We’re on Day 3 of the Camino Ingles and today we’re walking from Hospital de Bruma to Sigueiro. After an early night last night we had an avalanche of albergue noise last night. Snoring, moving and the other stuff people do in the night !
Camino Ingles Day 3 - Hospital de Bruma to Sigueiro
- Distance – 25km
- From – Hospital de Bruma
- To – Sigueiro
- Min/Max Elevation – 224m/414m
- Elevation Gain – 317m
The ‘albergue anthem’ as it is sometimes known can happen a lot in multi bed albergues and takes some getting used too especially if you are a light sleeper. The only advise I can give if you are on Camino Ingles and staying in Albergue’s is to make sure you have some ear plugs. Some nights you can’t live without them ! Once in a while it is a good idea to treat yourself to a night in a hotel. You do not need a Pilgrims passport to stay in private accommodation.
We rose early and got up at 6am and on the road at 6.45. Rain was due and it started pretty soon after left. Ponchos at the ready ! We are literally wearing them everyday as it just hasn’t stopped raining. This Camino is very different from the Camino Frances as Galicia is renowned for its annual rainfall. So after an hour we needed a break and had a stop for cafe con Leche and toast and jam in O’Cruceiro. The Cafe bar and food we’re pretty good and well worth a visit !
The rest of Day was walking in heavy thunderstorms so we didn’t take any pics, although for half an hour it stopped and low and behold I found another local football ground hidden in the woods. This trip is now my official Camino de football. We walked through forests, passed ancient chapels and churches and passed through numerous small Galician villages. All in a rain storm.
TOP TIP: watch and plan for the weather !
When I arrive back from my investigation into the football pitch my friends had taken a break and found some abandoned furniture in a field and decided to be a tad funny ! Are you comfy there sir ?
We arrived a few hours later in Sigueiro absolutely wet through to the skin and our boots were soaking. We found our accommodation, Albergue Camino Real, which was really nice and had a hot shower and then did a full wash and dry of all our clothes, which the albergue hospitalero helps you with for a few euros. They were super helpful.
Accommodation - Albergue Camino Real
After we’d showered I went on a walk around the Sigueiro town and found another football pitch, Sigueiro futbal Club. The Camino de Football continues… Sigueiro is a simple straight forward town on The Camino Ingles and really makes me realise this is traditional Spain and why I like walking The Camino Ingles so much. There exists something special about the pilgrimage to Santiago de Compostela and you can feel it the whole way along the trail.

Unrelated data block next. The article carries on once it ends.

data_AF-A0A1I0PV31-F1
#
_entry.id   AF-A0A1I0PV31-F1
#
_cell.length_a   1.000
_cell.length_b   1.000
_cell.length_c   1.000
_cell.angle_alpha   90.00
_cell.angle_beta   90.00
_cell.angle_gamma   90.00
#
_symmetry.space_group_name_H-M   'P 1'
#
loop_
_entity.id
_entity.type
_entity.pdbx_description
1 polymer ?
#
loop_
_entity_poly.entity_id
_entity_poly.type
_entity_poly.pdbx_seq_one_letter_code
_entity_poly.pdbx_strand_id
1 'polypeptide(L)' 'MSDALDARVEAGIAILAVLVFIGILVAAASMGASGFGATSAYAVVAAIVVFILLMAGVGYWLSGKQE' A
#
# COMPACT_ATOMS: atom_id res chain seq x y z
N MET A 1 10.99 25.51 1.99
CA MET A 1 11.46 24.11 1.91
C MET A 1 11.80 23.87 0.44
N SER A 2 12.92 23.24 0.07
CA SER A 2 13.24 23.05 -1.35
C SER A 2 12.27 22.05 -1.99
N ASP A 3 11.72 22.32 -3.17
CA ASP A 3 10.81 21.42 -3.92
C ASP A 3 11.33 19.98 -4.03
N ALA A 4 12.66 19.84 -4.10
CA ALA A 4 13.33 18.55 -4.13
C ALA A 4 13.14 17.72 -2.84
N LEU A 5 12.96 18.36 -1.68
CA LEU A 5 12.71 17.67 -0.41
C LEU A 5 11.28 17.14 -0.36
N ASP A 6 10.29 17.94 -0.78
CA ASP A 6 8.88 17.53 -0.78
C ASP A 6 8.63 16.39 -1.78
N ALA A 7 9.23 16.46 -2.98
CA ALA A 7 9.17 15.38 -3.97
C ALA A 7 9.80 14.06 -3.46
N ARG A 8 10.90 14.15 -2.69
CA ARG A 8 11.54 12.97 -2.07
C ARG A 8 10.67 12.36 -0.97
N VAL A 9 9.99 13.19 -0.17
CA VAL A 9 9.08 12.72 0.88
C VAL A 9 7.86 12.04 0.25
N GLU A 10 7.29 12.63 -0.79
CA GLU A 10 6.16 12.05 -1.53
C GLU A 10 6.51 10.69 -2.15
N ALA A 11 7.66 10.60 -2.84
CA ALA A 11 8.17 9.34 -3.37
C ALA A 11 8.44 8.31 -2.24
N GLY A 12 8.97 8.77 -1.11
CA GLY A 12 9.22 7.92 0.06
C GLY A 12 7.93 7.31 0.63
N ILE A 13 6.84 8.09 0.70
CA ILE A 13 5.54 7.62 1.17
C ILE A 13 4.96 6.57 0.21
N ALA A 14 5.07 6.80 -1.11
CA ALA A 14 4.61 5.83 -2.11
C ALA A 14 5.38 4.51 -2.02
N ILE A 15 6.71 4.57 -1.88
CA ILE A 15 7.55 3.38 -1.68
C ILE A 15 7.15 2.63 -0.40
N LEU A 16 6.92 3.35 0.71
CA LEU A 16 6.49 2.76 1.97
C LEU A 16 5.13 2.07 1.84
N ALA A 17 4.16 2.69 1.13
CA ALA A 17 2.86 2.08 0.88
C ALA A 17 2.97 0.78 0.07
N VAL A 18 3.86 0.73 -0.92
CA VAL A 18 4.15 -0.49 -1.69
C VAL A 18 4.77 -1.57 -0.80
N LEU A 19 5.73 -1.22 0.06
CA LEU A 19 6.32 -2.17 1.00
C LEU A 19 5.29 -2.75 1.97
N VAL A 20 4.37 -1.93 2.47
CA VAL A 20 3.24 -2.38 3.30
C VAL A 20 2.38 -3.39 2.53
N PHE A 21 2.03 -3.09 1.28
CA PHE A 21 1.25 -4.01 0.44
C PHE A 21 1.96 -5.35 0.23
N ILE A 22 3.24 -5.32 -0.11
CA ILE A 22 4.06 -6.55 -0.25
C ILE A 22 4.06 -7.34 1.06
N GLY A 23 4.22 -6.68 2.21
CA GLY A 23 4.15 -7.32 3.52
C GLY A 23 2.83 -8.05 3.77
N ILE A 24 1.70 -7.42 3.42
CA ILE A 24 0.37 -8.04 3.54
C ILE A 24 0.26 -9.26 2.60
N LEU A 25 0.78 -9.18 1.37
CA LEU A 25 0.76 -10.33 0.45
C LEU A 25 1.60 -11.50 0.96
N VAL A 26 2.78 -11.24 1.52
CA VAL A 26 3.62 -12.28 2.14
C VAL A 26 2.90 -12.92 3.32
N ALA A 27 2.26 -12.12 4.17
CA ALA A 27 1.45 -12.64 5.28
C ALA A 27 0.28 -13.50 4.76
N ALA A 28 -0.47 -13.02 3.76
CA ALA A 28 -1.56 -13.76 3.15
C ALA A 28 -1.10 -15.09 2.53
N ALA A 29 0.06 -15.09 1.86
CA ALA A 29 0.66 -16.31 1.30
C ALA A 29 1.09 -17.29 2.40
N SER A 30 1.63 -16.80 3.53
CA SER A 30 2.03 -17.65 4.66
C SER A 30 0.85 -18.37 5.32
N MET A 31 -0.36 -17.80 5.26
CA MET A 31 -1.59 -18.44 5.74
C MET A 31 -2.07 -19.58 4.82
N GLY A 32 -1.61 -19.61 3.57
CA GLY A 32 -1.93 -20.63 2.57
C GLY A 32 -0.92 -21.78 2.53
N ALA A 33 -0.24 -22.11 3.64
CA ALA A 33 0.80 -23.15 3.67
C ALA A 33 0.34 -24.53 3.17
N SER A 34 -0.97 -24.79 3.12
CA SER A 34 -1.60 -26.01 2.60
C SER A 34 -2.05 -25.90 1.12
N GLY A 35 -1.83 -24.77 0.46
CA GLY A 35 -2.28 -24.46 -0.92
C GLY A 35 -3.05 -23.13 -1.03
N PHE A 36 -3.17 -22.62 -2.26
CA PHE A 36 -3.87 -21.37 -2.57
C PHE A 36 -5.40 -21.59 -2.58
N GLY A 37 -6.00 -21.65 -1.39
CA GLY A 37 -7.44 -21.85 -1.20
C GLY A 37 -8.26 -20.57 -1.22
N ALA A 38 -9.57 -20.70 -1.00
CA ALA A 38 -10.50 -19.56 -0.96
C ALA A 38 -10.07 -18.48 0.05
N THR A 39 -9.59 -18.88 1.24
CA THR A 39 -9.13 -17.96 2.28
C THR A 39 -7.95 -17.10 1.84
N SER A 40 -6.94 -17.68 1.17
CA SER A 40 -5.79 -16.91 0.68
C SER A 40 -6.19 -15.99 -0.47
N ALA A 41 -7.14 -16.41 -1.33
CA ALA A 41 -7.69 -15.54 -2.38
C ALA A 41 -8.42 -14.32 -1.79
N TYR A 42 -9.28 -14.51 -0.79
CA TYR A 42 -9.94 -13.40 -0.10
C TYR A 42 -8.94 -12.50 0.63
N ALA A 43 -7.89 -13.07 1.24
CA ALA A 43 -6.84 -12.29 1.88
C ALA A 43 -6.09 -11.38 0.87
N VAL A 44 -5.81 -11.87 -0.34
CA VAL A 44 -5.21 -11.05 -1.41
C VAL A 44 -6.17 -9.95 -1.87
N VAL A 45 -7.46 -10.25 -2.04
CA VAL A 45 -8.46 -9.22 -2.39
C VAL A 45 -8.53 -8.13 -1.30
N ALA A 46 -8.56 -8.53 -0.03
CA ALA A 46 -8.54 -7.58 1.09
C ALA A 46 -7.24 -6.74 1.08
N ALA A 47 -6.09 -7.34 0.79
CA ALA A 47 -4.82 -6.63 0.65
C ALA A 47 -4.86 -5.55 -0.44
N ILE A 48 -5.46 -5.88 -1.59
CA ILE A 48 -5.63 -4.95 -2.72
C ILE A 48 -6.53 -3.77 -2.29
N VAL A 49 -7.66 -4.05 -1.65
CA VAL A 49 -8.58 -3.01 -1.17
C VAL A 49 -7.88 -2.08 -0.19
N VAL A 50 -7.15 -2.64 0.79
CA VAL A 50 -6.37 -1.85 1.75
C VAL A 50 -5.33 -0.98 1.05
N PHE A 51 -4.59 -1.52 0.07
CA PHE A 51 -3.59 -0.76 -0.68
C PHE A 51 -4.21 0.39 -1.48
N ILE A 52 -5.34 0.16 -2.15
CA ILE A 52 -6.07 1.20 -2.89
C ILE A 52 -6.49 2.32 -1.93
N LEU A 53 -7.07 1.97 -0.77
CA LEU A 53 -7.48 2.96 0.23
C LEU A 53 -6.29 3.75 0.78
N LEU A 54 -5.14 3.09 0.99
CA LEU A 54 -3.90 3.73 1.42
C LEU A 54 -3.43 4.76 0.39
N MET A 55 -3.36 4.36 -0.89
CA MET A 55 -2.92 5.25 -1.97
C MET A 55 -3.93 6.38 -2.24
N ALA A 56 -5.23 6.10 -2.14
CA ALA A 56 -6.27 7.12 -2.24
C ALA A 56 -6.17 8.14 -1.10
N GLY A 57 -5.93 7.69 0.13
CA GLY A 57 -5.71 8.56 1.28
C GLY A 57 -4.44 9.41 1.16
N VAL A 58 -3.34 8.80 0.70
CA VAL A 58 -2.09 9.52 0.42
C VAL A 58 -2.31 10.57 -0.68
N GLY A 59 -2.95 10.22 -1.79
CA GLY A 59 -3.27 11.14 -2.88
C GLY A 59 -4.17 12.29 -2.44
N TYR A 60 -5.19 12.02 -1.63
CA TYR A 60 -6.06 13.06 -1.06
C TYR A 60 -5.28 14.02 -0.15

Every day we collect stamps (cello) in our pilgrim passport and keep collecting to get our Compostela certificate (credential) in Santiago. You have to collect at least 2 cello per day to get your credential and do at least 100km into Santiago. The camino Ingles from Ferrol is over 100km so we will achieve our certificate when we arrive. Here is a copy of my camino pilgrim passport.
Showered, shaved and feeling better we headed out into Sigueiro for our traditional pilgrim meal. Along most camino stages you can find restaurants that provide a pilgrim 3 course meal which normally costs around €12 euro. Its basic food but does the trick after a long day on the path. Some pilgrim meals are better than others but there is normally an added bonus of free wine.
We also have our traditional camino game of cards. The current score is 1 game each. This is played over the whole Camino walk with the winner pocketing €1. High stakes game with bragging rights until our next camino. This really keeps us relaxed and chilled out just playing cards, having a few beers and talking with other pilgrims.
Tomorrow we arrive in Santiago de Compostela and heavy rain is scheduled all day. It seems to rain a lot in Galicia. It’s been 2 years since we last arrived in Santiago de Compostela after our amazing month long journey on the The Camino Frances and we’re really looking forward to seeing the city and Cathedral again.
One thing we were unable to do on our last trip was walk on the Camino Finisterre and arrive at the ‘end of the world’ so we will only be saying hello to Santiago, having lunch and then continuing on our way through Galicia. The walk to Finisterre is going to take us another 3 days and the distance is 100km.
In ancient times Finisterre was thought to be the end of the known world. We cant wait to get there, look upon the Atlantic Ocean and throw our stones into it, the ones we’ve carried throughout our journey. We’re hoping to watch the sunset but rain is scheduled all week. We have our camino fingers crossed.
Follow along and read about my journey on The Camino Ingles – Day 4 as we walk from Sigueiro into Santiago de Compostela.